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      Lower body negative pressure as a model to study progression to acute hemorrhagic shock in humans.

      Journal of Applied Physiology
      Acute Disease, Animals, Disease Progression, Heart Rate, Hemorrhage, blood, complications, physiopathology, Humans, Lower Body Negative Pressure, Neurotransmitter Agents, Shock, Hemorrhagic, etiology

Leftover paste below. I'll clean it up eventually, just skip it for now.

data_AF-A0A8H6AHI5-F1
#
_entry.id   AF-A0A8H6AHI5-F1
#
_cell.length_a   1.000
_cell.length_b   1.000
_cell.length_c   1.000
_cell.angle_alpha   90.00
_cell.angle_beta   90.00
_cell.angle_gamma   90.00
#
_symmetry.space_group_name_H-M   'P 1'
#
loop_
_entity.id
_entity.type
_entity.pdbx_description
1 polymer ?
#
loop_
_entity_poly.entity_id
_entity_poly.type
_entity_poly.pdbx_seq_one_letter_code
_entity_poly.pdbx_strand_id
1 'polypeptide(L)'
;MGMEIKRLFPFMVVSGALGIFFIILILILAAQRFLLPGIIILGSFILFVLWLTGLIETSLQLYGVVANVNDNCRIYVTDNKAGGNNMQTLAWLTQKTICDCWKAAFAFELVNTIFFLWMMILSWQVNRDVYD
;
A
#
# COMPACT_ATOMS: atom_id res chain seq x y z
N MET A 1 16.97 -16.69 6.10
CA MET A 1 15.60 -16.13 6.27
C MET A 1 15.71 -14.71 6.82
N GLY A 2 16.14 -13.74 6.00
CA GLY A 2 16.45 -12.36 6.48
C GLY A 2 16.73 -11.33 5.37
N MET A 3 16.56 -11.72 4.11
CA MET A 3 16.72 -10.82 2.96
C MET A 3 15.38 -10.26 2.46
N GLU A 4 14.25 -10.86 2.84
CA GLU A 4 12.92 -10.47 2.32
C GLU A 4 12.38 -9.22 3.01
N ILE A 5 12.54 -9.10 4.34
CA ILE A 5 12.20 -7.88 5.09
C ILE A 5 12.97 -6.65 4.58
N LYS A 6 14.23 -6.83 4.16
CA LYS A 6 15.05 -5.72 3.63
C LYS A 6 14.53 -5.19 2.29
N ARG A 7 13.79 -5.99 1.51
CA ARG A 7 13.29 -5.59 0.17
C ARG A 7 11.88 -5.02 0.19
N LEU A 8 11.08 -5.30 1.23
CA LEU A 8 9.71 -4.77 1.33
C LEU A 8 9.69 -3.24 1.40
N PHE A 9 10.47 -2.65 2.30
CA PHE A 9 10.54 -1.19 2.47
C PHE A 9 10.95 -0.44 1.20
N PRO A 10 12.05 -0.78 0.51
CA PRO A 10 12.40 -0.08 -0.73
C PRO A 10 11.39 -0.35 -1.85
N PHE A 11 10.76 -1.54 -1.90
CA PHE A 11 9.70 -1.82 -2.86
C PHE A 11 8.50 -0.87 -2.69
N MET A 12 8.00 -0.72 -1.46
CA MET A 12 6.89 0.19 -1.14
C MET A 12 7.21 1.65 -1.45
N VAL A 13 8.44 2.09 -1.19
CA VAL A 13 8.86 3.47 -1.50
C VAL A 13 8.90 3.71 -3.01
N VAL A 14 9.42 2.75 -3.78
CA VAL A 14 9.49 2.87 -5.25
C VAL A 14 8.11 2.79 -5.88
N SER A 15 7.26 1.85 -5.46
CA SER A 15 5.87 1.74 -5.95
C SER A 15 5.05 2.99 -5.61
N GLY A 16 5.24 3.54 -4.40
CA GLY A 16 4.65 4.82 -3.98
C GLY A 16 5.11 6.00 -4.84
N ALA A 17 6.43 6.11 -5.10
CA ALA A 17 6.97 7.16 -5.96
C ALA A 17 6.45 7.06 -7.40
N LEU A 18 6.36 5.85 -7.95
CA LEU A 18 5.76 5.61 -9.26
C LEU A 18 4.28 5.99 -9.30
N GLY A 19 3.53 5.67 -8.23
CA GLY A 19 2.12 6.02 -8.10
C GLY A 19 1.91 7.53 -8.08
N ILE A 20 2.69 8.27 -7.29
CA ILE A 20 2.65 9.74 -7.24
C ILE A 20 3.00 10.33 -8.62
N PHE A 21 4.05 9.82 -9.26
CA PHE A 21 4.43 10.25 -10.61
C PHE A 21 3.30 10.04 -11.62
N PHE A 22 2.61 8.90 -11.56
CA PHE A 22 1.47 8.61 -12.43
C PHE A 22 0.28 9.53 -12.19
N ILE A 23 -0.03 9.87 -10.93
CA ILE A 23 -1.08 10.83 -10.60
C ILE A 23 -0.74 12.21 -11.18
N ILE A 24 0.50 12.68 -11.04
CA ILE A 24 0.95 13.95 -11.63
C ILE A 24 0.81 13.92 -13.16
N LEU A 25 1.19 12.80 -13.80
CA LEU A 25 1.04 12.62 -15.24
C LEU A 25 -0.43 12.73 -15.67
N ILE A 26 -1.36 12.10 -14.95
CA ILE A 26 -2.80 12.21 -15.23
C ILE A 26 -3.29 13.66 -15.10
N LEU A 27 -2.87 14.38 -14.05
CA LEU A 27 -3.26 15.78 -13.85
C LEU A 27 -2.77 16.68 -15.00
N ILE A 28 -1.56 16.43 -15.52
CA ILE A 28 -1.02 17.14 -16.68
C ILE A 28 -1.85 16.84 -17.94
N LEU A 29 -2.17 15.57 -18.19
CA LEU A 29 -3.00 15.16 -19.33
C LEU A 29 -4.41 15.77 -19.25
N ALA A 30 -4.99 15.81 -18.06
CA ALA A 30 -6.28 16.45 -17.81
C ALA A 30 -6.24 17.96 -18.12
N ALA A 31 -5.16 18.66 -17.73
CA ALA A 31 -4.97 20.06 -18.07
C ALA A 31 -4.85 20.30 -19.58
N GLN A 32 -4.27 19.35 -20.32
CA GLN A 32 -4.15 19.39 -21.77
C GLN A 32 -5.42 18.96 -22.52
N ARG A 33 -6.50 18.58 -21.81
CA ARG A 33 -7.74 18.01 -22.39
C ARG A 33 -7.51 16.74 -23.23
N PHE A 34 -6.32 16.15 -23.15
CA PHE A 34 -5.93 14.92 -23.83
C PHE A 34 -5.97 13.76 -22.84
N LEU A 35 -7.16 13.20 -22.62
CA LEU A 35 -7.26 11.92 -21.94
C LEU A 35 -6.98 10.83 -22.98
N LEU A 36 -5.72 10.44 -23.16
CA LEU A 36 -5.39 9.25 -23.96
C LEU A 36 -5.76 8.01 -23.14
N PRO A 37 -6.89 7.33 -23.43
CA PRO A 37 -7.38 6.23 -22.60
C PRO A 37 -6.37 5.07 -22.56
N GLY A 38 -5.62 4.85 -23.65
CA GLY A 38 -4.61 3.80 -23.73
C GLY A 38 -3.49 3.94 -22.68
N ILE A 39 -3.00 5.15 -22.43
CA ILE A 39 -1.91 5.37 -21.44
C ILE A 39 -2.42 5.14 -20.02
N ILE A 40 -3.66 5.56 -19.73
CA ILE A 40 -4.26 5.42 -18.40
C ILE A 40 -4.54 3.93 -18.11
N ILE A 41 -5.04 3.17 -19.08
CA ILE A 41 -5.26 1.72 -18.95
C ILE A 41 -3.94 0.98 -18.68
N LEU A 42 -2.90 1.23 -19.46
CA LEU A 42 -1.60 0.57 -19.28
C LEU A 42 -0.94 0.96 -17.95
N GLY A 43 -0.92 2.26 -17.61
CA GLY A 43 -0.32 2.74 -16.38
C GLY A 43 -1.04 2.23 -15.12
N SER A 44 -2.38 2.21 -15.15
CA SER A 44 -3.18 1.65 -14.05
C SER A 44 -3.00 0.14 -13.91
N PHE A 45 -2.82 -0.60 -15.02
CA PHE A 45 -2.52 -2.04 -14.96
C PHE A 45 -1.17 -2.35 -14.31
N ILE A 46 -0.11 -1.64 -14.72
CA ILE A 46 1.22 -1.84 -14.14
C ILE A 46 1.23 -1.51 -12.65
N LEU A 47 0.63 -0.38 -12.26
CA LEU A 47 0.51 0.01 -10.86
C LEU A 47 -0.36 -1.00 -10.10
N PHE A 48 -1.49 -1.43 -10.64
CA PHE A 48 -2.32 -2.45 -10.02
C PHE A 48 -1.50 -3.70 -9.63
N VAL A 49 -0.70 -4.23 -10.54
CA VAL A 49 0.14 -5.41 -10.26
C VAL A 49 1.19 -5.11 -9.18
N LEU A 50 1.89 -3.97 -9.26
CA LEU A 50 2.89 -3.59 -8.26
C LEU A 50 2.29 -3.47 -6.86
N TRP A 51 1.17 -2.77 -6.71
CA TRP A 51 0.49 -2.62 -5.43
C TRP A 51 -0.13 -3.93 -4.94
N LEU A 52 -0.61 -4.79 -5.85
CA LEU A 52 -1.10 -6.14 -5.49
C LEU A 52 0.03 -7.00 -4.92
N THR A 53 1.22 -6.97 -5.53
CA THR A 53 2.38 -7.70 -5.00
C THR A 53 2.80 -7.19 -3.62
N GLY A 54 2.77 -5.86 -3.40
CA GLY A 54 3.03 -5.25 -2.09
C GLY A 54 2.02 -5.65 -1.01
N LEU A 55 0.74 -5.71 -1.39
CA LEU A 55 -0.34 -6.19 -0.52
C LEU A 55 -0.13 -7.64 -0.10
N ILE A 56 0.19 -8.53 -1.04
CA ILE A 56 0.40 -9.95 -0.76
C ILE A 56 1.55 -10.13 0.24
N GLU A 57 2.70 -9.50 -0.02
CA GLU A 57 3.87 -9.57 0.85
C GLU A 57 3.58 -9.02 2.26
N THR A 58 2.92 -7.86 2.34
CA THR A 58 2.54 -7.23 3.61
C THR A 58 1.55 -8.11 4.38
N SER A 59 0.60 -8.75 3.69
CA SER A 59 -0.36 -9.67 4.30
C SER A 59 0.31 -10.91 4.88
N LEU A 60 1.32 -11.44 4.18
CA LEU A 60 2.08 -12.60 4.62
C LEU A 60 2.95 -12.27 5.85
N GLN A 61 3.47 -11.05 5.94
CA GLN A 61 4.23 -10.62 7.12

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          Hemorrhage is a leading cause of death in both civilian and battlefield trauma. Survival rates increase when victims requiring immediate intervention are correctly identified in a mass-casualty situation, but methods of prioritizing casualties based on current triage algorithms are severely limited. Development of effective procedures to predict the magnitude of hemorrhage and the likelihood for progression to hemorrhagic shock must necessarily be based on carefully controlled human experimentation, but controlled study of severe hemorrhage in humans is not possible. It may be possible to simulate hemorrhage, as many of the physiological compensations to acute hemorrhage can be mimicked in the laboratory by applying negative pressure to the lower extremities. Lower body negative pressure (LBNP) sequesters blood from the thorax into dependent regions of the pelvis and legs, effectively decreasing central blood volume in a similar fashion as acute hemorrhage. In this review, we compare physiological responses to hemorrhage and LBNP with particular emphasis on cardiovascular compensations that both share in common. Through evaluation of animal and human data, we present evidence that supports the hypothesis that LBNP, and resulting volume sequestration, is an effective technique to study physiological responses and mechanisms associated with acute hemorrhage in humans. Such experiments could lead to clinical algorithms that identify bleeding victims who will likely progress to hemorrhagic shock and require lifesaving intervention(s).

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